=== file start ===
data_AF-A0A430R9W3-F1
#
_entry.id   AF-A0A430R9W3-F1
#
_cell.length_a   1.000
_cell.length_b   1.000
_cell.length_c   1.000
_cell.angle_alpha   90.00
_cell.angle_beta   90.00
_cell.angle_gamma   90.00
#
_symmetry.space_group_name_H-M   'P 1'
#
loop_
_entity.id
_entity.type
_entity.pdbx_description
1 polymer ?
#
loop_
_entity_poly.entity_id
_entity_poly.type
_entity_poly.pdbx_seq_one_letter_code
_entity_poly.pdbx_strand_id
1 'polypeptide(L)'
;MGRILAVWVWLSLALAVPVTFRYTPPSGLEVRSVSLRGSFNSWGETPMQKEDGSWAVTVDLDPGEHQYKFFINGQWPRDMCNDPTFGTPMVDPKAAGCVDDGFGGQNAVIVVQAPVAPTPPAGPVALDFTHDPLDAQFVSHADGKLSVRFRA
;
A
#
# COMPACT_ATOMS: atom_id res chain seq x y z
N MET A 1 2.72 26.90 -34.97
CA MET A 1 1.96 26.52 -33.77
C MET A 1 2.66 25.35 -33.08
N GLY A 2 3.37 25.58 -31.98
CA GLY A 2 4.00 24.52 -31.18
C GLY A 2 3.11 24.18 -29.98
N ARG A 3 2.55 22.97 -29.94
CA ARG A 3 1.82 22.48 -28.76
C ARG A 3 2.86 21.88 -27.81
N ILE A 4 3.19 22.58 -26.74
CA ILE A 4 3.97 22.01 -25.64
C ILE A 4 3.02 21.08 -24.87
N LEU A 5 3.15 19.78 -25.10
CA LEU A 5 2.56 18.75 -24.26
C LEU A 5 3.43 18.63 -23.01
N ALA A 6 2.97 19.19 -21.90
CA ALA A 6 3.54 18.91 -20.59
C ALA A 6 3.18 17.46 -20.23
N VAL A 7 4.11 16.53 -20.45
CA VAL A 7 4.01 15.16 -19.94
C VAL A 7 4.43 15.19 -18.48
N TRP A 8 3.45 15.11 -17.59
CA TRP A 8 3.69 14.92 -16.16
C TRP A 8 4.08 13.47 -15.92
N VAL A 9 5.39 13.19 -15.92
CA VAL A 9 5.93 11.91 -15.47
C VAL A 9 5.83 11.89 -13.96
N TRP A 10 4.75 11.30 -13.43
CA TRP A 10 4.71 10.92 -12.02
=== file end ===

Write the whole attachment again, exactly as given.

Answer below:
data_AF-A0A430R9W3-F1
#
_entry.id   AF-A0A430R9W3-F1
#
_cell.length_a   1.000
_cell.length_b   1.000
_cell.length_c   1.000
_cell.angle_alpha   90.00
_cell.angle_beta   90.00
_cell.angle_gamma   90.00
#
_symmetry.space_group_name_H-M   'P 1'
#
loop_
_entity.id
_entity.type
_entity.pdbx_description
1 polymer ?
#
loop_
_entity_poly.entity_id
_entity_poly.type
_entity_poly.pdbx_seq_one_letter_code
_entity_poly.pdbx_strand_id
1 'polypeptide(L)'
;MGRILAVWVWLSLALAVPVTFRYTPPSGLEVRSVSLRGSFNSWGETPMQKEDGSWAVTVDLDPGEHQYKFFINGQWPRDMCNDPTFGTPMVDPKAAGCVDDGFGGQNAVIVVQAPVAPTPPAGPVALDFTHDPLDAQFVSHADGKLSVRFRA
;
A
#
# COMPACT_ATOMS: atom_id res chain seq x y z
N MET A 1 2.72 26.90 -34.97
CA MET A 1 1.96 26.52 -33.77
C MET A 1 2.66 25.35 -33.08
N GLY A 2 3.37 25.58 -31.98
CA GLY A 2 4.00 24.52 -31.18
C GLY A 2 3.11 24.18 -29.98
N ARG A 3 2.55 22.97 -29.94
CA ARG A 3 1.82 22.48 -28.76
C ARG A 3 2.86 21.88 -27.81
N ILE A 4 3.19 22.58 -26.74
CA ILE A 4 3.97 22.01 -25.64
C ILE A 4 3.02 21.08 -24.87
N LEU A 5 3.15 19.78 -25.10
CA LEU A 5 2.56 18.75 -24.26
C LEU A 5 3.43 18.63 -23.01
N ALA A 6 2.97 19.19 -21.90
CA ALA A 6 3.54 18.91 -20.59
C ALA A 6 3.18 17.46 -20.23
N VAL A 7 4.11 16.53 -20.45
CA VAL A 7 4.01 15.16 -19.94
C VAL A 7 4.43 15.19 -18.48
N TRP A 8 3.45 15.11 -17.59
CA TRP A 8 3.69 14.92 -16.16
C TRP A 8 4.08 13.47 -15.92
N VAL A 9 5.39 13.19 -15.92
CA VAL A 9 5.93 11.91 -15.47
C VAL A 9 5.83 11.89 -13.96
N TRP A 10 4.75 11.30 -13.43
CA TRP A 10 4.71 10.92 -12.02